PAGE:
Adipocyte heterogeneity in development and disease
JRG Adipocytes and Metabolism, Institute for Diabetes and Obesity, Helmholtz Diabetes Center at Helmholtz Zentrum München, 85748 Munich, Germany; German Center for Diabetes Research (DZD), 85764 München-Neuherberg, Germany
Adipose tissue serves a multitude of important metabolic functions. White adipose tissue stores excess energy in the form of triglycerides but also serves as an important endocrine organ regulating behavior such as food intake but also insulin secretion and other central metabolic pathways. However, not all white adipose tissues are the same, as accumulation of subcutaneous white adipose tissue is not associated with – or in some instances has been shown to be even protective against – the development of insulin resistance and the metabolic syndrome. Conversely, accumulation of visceral fat is associated with the development of local and systemic insulin resistance initiating the metabolic syndrome. Furthermore, brown adipose tissue in contrast to white adipose tissue dissipates energy in the form of heat through mitochondrial uncoupling. Thus, on one side, increasing brown fat mass and activity is a potential therapeutic approach to combat obesity whereas maintaining white adipose tissue functionality could promote a healthy obese phenotype, preventing the progression from obesity towards the metabolic syndrome.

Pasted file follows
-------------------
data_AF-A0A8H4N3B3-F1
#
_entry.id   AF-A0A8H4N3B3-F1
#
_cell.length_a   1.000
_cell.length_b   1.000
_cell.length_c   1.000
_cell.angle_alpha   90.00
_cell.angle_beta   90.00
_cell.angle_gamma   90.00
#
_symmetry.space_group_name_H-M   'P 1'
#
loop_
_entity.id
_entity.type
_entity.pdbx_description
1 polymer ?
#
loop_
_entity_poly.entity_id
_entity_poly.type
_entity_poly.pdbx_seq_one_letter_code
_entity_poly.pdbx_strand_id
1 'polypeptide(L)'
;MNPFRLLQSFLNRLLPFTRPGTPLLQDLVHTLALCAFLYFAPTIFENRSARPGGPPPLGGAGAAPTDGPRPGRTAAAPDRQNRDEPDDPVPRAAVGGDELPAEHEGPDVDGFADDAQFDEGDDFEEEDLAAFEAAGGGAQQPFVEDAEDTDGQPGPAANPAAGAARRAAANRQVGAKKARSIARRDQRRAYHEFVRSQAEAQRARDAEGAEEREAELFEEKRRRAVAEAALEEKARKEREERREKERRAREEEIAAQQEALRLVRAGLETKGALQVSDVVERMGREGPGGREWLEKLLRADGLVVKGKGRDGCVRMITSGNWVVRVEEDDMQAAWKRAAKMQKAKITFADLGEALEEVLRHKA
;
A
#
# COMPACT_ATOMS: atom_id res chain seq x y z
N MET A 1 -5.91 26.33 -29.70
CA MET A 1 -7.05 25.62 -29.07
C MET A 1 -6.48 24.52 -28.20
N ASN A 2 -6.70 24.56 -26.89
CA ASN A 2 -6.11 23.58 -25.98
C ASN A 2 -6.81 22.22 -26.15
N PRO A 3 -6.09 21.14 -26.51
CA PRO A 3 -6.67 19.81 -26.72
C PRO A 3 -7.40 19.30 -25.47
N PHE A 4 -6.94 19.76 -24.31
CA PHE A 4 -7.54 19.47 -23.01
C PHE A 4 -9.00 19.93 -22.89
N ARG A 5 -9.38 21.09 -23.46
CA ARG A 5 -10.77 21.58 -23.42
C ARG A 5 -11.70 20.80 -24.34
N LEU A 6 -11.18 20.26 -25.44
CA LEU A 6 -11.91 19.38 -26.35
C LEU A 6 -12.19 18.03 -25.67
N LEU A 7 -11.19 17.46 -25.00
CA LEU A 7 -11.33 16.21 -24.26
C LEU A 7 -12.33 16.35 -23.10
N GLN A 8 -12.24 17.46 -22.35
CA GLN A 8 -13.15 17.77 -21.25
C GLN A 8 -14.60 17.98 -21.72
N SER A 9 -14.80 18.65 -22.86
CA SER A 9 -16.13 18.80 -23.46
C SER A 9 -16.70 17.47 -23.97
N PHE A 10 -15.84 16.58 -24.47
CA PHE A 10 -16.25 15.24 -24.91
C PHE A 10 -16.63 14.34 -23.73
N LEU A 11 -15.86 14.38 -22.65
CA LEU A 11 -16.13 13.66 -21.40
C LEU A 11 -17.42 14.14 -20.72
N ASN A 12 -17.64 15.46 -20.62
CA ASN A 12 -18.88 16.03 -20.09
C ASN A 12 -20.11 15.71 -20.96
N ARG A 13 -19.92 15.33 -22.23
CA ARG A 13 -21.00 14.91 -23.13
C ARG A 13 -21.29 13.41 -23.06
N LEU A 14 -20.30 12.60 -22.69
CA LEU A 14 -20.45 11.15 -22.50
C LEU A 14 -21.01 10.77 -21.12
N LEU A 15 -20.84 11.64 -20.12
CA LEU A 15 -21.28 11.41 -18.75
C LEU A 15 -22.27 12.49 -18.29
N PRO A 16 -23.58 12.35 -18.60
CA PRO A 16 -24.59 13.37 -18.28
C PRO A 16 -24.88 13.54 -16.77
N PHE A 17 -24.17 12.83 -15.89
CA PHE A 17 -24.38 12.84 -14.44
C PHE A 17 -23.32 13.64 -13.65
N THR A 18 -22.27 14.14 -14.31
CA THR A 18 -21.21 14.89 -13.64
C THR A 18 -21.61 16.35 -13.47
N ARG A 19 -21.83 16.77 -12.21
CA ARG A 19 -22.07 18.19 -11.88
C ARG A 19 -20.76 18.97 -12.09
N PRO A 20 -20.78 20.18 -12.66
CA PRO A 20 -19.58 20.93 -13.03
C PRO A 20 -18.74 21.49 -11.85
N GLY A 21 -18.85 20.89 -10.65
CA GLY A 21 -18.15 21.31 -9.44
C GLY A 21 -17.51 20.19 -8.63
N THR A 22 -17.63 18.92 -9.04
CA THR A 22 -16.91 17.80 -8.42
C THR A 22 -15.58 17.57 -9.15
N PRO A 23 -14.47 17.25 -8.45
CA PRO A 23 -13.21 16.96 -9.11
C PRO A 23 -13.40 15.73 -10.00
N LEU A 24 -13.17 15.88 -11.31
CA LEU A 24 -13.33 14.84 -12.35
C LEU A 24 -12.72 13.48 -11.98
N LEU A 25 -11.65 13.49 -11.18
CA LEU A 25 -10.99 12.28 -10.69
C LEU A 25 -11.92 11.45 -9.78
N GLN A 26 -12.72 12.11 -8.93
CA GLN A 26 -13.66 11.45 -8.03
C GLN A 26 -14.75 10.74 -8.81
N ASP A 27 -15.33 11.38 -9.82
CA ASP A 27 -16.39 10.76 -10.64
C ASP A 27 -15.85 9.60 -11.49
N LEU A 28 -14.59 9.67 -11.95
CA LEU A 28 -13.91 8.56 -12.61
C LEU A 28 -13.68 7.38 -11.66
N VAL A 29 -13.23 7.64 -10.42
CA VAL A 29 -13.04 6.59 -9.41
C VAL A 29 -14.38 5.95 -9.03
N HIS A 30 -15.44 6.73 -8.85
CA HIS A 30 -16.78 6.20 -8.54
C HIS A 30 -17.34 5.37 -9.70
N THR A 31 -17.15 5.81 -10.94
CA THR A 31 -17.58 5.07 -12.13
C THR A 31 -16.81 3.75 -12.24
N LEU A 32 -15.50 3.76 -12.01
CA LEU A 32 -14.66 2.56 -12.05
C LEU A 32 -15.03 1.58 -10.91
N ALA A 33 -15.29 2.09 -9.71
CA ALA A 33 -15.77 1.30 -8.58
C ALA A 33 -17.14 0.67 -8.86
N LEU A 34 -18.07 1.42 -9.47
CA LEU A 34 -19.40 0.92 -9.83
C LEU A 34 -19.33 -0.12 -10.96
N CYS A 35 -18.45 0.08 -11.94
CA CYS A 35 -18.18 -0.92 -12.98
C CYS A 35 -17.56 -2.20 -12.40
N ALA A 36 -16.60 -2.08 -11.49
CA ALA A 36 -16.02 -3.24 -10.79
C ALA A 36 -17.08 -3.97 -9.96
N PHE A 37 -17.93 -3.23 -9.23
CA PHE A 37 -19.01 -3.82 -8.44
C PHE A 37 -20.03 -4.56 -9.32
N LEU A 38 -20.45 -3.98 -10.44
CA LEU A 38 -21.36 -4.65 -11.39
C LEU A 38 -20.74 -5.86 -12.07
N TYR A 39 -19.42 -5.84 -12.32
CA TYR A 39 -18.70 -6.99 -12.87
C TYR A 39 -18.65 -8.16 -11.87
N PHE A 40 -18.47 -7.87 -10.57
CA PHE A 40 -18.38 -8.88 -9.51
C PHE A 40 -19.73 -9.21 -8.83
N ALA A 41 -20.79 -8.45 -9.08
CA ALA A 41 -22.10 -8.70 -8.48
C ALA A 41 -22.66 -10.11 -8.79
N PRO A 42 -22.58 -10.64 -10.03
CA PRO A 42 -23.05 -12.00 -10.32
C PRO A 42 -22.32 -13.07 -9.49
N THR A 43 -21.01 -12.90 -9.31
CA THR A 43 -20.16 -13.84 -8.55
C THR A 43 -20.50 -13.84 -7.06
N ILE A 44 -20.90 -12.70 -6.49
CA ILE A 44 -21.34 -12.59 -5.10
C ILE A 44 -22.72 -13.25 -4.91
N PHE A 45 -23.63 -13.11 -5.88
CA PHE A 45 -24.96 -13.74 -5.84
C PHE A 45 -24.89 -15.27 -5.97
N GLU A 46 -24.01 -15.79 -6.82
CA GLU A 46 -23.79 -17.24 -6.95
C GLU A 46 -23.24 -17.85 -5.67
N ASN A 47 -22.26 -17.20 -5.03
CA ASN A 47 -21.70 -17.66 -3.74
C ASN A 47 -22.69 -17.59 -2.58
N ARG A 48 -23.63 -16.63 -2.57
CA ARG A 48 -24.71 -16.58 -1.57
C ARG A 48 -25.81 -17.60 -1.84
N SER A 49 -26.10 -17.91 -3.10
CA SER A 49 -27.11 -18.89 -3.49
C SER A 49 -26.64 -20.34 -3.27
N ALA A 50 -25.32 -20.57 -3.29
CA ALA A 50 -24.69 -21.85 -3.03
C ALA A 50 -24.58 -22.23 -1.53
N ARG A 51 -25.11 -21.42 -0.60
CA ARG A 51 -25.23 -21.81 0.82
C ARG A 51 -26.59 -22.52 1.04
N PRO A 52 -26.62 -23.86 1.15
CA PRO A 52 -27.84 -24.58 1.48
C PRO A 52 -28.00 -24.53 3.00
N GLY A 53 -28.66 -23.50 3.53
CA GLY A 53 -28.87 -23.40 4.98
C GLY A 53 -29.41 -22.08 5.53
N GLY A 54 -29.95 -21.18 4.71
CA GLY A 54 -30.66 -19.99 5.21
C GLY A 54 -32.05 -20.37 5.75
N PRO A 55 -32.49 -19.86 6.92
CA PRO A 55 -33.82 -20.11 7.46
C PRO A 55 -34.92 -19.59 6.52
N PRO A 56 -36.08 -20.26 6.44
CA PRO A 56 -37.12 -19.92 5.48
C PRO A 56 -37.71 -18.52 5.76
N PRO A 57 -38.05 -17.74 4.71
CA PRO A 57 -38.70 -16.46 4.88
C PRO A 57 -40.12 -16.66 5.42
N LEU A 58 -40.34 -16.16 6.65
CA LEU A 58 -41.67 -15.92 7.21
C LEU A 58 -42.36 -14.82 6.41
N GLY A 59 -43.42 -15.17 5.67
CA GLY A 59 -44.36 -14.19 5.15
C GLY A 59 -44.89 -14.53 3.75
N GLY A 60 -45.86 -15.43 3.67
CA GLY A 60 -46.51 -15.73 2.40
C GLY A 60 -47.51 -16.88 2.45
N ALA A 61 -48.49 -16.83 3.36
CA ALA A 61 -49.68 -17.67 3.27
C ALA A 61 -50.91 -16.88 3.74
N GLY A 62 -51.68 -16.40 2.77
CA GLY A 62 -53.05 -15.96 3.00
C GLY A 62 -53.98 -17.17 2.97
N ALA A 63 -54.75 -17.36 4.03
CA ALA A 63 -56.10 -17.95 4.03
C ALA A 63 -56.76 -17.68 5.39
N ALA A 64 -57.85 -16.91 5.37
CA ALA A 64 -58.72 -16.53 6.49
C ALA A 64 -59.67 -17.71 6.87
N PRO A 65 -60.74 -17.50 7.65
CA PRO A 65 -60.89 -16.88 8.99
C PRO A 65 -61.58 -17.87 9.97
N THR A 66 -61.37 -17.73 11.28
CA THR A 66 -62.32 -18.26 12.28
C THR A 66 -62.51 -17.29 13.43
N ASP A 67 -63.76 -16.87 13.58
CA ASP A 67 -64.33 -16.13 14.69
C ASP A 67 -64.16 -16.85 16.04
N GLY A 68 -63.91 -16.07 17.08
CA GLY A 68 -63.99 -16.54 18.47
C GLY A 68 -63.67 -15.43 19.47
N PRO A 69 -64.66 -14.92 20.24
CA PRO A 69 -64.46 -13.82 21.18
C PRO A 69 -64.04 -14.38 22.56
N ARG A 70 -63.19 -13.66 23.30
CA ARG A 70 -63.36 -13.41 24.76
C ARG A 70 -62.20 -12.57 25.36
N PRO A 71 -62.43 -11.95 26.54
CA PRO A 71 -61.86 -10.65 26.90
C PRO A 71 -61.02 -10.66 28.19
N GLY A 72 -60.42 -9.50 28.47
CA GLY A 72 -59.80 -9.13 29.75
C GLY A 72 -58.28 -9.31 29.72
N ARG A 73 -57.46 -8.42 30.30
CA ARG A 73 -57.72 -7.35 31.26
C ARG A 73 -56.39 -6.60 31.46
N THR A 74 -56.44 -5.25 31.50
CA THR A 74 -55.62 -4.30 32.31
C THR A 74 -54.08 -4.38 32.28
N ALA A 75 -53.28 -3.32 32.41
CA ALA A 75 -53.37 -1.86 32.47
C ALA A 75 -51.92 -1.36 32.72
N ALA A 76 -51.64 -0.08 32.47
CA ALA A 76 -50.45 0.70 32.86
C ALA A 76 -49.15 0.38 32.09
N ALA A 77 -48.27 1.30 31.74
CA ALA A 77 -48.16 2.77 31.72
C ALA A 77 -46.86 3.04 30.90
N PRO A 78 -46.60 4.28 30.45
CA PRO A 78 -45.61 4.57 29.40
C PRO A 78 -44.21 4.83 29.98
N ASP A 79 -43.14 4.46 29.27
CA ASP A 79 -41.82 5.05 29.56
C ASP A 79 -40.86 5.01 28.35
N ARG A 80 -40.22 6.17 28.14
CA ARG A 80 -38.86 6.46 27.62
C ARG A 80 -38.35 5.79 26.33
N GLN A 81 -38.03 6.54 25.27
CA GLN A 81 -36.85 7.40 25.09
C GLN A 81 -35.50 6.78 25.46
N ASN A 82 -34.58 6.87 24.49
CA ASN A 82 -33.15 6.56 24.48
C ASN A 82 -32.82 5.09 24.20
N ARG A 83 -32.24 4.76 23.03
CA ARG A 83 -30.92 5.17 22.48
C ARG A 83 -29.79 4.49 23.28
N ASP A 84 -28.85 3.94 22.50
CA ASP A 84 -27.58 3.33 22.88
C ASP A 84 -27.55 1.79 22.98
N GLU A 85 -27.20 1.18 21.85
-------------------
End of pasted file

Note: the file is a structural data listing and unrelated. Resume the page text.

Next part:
While these different fat depots per se already create great complexity in understanding the contribution of adipose tissue to whole body metabolism, recent data describe cellular heterogeneity within these individual fat depots. These differences in adipocyte morphology and function appear to be associated with different pools of precursor cells giving rise to different populations of adipocytes with largely unknown function.
Here, I will discuss the developmental origins of adipose tissues and their cell types and review data on the contribution of individual adipocyte populations to the regulation of whole body metabolism.